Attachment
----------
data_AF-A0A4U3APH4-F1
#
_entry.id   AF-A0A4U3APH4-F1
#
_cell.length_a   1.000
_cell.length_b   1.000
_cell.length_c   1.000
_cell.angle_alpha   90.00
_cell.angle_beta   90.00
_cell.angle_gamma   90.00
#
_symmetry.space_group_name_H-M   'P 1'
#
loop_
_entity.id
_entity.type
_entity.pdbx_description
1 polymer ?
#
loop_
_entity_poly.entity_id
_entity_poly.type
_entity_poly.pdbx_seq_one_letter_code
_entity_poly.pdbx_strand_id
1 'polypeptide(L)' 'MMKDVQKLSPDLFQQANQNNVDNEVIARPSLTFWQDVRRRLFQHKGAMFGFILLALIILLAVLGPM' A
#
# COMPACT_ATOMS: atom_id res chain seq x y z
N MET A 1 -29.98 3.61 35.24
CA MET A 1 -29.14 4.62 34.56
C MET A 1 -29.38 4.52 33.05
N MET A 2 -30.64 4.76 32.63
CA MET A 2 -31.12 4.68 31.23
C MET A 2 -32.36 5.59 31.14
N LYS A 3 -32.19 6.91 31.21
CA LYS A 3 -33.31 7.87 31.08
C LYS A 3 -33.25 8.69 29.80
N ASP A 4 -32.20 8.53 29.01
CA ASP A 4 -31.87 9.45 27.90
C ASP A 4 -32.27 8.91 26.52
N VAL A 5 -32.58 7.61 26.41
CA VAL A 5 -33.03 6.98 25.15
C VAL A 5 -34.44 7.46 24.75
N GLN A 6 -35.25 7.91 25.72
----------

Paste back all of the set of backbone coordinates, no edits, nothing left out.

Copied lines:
data_AF-A0A4U3APH4-F1
#
_entry.id   AF-A0A4U3APH4-F1
#
_cell.length_a   1.000
_cell.length_b   1.000
_cell.length_c   1.000
_cell.angle_alpha   90.00
_cell.angle_beta   90.00
_cell.angle_gamma   90.00
#
_symmetry.space_group_name_H-M   'P 1'
#
loop_
_entity.id
_entity.type
_entity.pdbx_description
1 polymer ?
#
loop_
_entity_poly.entity_id
_entity_poly.type
_entity_poly.pdbx_seq_one_letter_code
_entity_poly.pdbx_strand_id
1 'polypeptide(L)' 'MMKDVQKLSPDLFQQANQNNVDNEVIARPSLTFWQDVRRRLFQHKGAMFGFILLALIILLAVLGPM' A
#
# COMPACT_ATOMS: atom_id res chain seq x y z
N MET A 1 -29.98 3.61 35.24
CA MET A 1 -29.14 4.62 34.56
C MET A 1 -29.38 4.52 33.05
N MET A 2 -30.64 4.76 32.63
CA MET A 2 -31.12 4.68 31.23
C MET A 2 -32.36 5.59 31.14
N LYS A 3 -32.19 6.91 31.21
CA LYS A 3 -33.31 7.87 31.08
C LYS A 3 -33.25 8.69 29.80
N ASP A 4 -32.20 8.53 29.01
CA ASP A 4 -31.87 9.45 27.90
C ASP A 4 -32.27 8.91 26.52
N VAL A 5 -32.58 7.61 26.41
CA VAL A 5 -33.03 6.98 25.15
C VAL A 5 -34.44 7.46 24.75
N GLN A 6 -35.25 7.91 25.72